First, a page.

2017 General Teacher Prep Programs Policy
The state's approval process for teacher preparation programs should hold programs accountable for the quality of the teachers they produce. This goal was reorganized in 2017.
Minimum Standards of Performance: Kentucky does not set meaningful minimum standards of performance for the categories of data that programs must report. The state does require a summary pass rate on state licensure examinations of 80 percent. This 80 percent pass-rate standard, while common among states, sets the bar quite low and is not a meaningful measure of program performance.
Program Accountability: Kentucky does not articulate clear consequences for programs that fail to meet specific criteria. A certification program is subject to emergency review if the pass rate is below 80 percent on one of the Praxis or state assessments required, and the program is required to submit an improvement plan, although consequences for programs that fail to improve are unclear.
State Report Cards: Kentucky publishes annual report cards showing the data the state has collected on individual teacher preparation programs. The website does not include data for alternate route programs that are not based in universities.
Program Approval Process: Kentucky maintains full authority over teacher preparation program approval.
16 KAR 5:010 Data Dashboard https://wd.kyepsb.net/EPSB.WebApps/Dashboard/DashbrdWeb/TeacherEducatorDashbrd1.aspx?sID=1 Title II Report https://title2.ed.gov/Public/Report/FullReport/FullReport.aspx?p=3_30.
Establish the minimum standards of performance for each category of data.
Kentucky should establish precise and rigorous minimum standards for teacher preparation program performance for each category of data it collects to help clarify expectations regarding program quality. The 80 percent pass rate standard is too low to be meaningful.
Ensure that criteria for program approval result in greater accountability.
Kentucky should ensure that programs are held accountable for meeting minimum standards of performance, and that the state's accountability system is sufficient to differentiate performance among programs, including alternate route programs. The state should establish clear follow-up actions for programs failing to meet these standards, including remediation or loss of program approval as appropriate. For programs exceeding minimum standards, Kentucky should consider finding effective ways to disseminate best practices.
Report data for alternate route programs that are run by entities other than institutions of higher education.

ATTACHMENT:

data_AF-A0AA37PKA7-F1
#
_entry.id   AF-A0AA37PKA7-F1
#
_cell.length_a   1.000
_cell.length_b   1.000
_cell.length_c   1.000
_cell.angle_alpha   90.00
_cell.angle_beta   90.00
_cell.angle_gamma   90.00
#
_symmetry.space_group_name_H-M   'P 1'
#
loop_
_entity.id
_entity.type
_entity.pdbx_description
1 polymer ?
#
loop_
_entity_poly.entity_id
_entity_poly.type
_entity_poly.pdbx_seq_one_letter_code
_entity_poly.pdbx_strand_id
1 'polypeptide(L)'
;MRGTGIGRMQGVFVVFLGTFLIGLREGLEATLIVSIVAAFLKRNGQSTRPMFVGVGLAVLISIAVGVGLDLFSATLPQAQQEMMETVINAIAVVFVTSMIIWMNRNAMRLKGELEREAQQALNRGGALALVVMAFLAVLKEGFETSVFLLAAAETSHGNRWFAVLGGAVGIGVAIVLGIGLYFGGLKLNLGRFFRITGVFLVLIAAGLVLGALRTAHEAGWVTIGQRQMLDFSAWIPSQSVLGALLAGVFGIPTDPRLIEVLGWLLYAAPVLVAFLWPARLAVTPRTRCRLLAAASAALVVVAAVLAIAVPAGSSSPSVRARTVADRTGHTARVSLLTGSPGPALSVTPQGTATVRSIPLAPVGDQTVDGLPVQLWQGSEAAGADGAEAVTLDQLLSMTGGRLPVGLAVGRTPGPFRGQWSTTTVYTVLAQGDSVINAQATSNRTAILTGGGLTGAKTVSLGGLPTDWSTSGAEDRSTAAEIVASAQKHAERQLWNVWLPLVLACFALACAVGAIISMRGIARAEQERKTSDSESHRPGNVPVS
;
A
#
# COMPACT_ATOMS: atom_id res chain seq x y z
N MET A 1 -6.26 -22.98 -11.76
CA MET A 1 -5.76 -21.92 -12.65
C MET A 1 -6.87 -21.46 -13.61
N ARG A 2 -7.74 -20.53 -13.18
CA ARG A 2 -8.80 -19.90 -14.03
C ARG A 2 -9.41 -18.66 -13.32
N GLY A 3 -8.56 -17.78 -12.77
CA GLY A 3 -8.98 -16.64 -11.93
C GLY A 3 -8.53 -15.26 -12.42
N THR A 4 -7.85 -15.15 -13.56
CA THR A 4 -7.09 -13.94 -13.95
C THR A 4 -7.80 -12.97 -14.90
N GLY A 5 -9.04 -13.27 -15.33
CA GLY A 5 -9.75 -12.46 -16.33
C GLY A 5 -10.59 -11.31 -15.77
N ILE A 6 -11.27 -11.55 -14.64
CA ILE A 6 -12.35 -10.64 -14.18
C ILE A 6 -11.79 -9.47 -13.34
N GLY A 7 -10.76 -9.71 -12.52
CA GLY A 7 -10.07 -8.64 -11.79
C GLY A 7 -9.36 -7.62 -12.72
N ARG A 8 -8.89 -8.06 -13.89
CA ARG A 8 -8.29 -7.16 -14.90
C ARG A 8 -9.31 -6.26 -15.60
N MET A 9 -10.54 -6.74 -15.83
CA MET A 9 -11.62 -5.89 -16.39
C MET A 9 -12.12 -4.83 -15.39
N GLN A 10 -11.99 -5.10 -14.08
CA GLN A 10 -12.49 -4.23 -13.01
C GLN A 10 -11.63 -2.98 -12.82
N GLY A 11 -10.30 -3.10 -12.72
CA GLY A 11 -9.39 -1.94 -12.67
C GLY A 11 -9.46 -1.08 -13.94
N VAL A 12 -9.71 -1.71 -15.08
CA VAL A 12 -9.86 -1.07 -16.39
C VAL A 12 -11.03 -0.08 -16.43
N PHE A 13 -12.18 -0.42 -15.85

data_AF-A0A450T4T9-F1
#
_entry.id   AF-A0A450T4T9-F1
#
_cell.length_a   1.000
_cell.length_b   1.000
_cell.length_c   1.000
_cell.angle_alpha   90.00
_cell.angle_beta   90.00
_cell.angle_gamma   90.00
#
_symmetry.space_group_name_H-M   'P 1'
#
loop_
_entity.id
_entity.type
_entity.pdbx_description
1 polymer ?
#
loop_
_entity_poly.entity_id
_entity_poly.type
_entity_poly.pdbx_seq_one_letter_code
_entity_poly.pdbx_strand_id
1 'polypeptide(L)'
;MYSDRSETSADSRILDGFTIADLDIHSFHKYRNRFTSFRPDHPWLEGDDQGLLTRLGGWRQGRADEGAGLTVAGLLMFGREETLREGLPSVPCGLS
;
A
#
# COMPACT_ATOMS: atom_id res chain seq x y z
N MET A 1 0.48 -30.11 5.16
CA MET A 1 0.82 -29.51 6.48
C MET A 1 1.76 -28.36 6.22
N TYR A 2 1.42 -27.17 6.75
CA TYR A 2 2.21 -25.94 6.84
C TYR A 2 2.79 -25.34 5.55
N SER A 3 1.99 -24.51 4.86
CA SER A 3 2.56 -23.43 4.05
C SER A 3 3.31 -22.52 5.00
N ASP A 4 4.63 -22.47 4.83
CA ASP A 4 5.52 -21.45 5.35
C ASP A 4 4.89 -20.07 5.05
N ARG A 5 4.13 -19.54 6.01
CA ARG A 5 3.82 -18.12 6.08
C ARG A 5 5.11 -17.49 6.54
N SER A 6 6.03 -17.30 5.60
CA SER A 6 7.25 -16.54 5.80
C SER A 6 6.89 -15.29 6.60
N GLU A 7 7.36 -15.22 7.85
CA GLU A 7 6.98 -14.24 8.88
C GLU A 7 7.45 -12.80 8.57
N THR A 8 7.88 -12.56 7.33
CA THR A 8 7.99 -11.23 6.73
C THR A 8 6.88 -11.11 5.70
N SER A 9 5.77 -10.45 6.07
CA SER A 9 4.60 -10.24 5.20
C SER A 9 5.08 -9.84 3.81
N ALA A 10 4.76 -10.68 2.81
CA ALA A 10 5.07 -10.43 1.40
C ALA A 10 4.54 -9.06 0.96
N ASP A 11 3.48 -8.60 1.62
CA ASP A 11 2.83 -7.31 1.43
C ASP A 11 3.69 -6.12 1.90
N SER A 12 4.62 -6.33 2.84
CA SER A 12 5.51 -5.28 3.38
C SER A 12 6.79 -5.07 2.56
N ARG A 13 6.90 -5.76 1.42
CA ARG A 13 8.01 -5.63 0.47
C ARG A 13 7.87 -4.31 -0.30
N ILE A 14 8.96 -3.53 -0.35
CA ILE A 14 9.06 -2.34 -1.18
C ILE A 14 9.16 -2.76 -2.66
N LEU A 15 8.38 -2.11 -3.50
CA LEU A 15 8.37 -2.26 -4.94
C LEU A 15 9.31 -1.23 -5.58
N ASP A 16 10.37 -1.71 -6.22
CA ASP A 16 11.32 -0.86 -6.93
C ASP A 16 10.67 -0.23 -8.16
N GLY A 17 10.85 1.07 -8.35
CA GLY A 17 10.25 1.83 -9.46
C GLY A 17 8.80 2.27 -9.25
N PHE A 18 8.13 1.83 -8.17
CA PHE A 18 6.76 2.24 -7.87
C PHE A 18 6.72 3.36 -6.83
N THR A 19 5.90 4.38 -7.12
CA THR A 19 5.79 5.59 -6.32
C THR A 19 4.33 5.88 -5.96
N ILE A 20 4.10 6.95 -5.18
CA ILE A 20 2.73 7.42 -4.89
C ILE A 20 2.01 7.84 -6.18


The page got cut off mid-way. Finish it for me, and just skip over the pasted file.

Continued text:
Kentucky should consider reporting data for non-university alternate route programs in its annual report cards.
Kentucky was helpful in providing NCTQ with information that enhanced this analysis.
Kentucky added that it is currently working on the development of a new program review system and an accountability system utilizing data from programs to determine effectiveness.
NCTQ looks forward to reviewing the state's progress in future editions of the Yearbook.
1D: Program Reporting Requirements
The state should examine a number of factors when measuring the performance of and approving teacher preparation programs. Although the quality of both the subject-matter preparation and professional sequence is crucial, there are also additional measures that can provide the state and the public with meaningful, readily understandable indicators of how well programs are doing when it comes to preparing teachers to be successful in the classroom.
States have made great strides in building data systems with the capacity to provide evidence of teacher performance. These same data systems can be used to link teacher effectiveness to the teacher preparation programs from which they came. States should make such data, as well as other objective measures that go beyond licensure test pass rates, central components of their teacher preparation program approval processes, and they should establish precise standards for performance that are more useful for accountability purposes.
National accrediting bodies, such as CAEP, are raising the bar, but are no substitute for states' own policy. A number of states now have somewhat more rigorous academic standards for admission by virtue of requiring that programs meet CAEP's accreditation standards. However, whether CAEP will uniformly uphold its standards (especially as they have already backtracked on the GPA requirement) and deny accreditation to programs that fall short of these admission requirements remains to be seen. Clear state policy would eliminate this uncertainty and send an unequivocal message to programs about the state's expectations.